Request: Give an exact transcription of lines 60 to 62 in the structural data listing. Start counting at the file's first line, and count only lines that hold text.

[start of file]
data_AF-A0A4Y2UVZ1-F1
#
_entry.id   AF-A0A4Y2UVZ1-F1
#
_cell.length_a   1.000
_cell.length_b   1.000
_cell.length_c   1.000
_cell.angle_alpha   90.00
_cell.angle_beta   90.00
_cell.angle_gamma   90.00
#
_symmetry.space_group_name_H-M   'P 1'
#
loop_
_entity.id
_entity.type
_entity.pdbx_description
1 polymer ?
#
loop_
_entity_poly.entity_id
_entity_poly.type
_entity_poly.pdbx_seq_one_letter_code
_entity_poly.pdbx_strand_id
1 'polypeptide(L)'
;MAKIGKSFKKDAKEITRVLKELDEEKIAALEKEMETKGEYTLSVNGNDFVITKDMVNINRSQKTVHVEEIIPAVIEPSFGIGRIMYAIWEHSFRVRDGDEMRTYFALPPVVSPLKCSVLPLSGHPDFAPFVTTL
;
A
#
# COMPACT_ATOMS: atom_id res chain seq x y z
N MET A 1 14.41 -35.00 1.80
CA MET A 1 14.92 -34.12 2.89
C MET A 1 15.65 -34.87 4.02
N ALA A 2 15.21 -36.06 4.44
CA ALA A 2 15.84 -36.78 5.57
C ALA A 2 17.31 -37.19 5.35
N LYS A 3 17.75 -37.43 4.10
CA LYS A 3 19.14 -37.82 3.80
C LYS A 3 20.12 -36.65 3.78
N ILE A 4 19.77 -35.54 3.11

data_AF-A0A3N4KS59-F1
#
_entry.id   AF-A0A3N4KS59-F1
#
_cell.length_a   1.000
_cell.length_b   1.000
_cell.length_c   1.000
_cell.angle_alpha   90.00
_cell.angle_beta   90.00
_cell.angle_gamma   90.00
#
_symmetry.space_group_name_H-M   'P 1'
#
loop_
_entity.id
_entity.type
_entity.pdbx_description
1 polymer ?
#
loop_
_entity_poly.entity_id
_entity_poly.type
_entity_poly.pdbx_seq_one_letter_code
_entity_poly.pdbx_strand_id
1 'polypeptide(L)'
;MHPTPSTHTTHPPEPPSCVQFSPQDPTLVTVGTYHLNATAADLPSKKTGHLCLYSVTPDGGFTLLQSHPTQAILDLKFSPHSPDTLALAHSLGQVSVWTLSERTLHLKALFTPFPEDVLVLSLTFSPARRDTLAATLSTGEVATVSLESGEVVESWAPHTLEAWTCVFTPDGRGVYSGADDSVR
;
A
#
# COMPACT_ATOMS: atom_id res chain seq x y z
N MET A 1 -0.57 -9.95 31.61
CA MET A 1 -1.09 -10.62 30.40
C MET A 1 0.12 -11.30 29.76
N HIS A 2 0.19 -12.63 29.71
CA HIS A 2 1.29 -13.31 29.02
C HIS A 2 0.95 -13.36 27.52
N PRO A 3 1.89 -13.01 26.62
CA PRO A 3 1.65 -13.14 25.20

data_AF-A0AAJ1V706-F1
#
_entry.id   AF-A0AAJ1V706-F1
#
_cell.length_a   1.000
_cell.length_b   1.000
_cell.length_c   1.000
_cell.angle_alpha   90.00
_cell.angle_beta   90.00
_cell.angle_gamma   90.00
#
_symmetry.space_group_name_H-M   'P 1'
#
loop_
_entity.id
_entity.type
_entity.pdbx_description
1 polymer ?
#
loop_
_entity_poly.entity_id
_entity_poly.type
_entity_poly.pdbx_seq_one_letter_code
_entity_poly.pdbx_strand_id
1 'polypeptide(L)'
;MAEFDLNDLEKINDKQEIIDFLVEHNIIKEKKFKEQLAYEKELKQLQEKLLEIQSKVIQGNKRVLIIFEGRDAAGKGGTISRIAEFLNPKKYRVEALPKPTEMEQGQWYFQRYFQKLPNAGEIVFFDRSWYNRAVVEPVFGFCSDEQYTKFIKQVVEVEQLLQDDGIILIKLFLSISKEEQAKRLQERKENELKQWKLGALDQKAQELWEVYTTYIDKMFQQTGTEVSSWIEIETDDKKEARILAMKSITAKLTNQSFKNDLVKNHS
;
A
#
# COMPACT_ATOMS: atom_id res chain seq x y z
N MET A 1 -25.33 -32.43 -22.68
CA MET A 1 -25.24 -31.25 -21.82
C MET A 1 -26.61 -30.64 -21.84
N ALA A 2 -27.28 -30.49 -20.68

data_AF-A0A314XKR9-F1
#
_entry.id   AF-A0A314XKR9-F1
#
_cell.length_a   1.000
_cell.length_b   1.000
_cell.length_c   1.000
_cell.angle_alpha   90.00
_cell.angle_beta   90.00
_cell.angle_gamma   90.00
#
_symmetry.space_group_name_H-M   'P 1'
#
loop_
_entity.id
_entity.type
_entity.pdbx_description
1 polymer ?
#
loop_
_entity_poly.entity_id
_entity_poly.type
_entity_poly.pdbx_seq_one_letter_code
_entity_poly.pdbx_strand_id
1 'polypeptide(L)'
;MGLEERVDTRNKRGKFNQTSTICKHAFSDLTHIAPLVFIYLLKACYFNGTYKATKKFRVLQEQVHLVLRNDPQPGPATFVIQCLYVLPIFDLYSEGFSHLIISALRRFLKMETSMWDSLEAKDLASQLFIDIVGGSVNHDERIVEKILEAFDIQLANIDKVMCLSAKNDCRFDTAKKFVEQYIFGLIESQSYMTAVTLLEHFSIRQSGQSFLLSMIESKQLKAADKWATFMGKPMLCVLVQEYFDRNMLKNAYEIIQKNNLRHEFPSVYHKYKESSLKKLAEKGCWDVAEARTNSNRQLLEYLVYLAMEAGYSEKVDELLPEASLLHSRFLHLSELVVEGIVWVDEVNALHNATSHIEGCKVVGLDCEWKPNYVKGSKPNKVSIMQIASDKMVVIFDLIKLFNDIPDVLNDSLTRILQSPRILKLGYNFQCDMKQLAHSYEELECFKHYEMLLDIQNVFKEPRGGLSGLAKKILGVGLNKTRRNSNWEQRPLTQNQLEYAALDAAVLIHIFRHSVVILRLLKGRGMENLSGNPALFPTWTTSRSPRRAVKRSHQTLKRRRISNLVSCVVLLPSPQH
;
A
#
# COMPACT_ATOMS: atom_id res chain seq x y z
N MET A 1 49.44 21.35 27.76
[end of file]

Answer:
loop_
_entity_poly.entity_id
_entity_poly.type